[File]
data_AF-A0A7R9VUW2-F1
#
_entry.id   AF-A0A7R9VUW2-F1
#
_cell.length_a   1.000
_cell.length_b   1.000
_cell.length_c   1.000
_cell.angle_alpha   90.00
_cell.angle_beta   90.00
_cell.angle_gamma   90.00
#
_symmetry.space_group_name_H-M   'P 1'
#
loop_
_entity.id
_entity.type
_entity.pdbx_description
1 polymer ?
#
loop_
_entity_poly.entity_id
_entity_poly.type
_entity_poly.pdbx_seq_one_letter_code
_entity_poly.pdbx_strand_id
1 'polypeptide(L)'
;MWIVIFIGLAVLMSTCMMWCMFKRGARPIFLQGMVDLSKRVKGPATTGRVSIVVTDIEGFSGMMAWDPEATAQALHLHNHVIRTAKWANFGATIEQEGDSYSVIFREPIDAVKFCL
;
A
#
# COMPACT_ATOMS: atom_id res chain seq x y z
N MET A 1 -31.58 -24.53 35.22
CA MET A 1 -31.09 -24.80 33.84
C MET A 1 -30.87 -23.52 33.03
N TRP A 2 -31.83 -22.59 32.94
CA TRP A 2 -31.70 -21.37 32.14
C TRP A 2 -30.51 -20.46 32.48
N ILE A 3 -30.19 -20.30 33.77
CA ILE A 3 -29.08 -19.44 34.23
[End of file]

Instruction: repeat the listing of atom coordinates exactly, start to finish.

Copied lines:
data_AF-A0A7R9VUW2-F1
#
_entry.id   AF-A0A7R9VUW2-F1
#
_cell.length_a   1.000
_cell.length_b   1.000
_cell.length_c   1.000
_cell.angle_alpha   90.00
_cell.angle_beta   90.00
_cell.angle_gamma   90.00
#
_symmetry.space_group_name_H-M   'P 1'
#
loop_
_entity.id
_entity.type
_entity.pdbx_description
1 polymer ?
#
loop_
_entity_poly.entity_id
_entity_poly.type
_entity_poly.pdbx_seq_one_letter_code
_entity_poly.pdbx_strand_id
1 'polypeptide(L)'
;MWIVIFIGLAVLMSTCMMWCMFKRGARPIFLQGMVDLSKRVKGPATTGRVSIVVTDIEGFSGMMAWDPEATAQALHLHNHVIRTAKWANFGATIEQEGDSYSVIFREPIDAVKFCL
;
A
#
# COMPACT_ATOMS: atom_id res chain seq x y z
N MET A 1 -31.58 -24.53 35.22
CA MET A 1 -31.09 -24.80 33.84
C MET A 1 -30.87 -23.52 33.03
N TRP A 2 -31.83 -22.59 32.94
CA TRP A 2 -31.70 -21.37 32.14
C TRP A 2 -30.51 -20.46 32.48
N ILE A 3 -30.19 -20.30 33.77
CA ILE A 3 -29.08 -19.44 34.23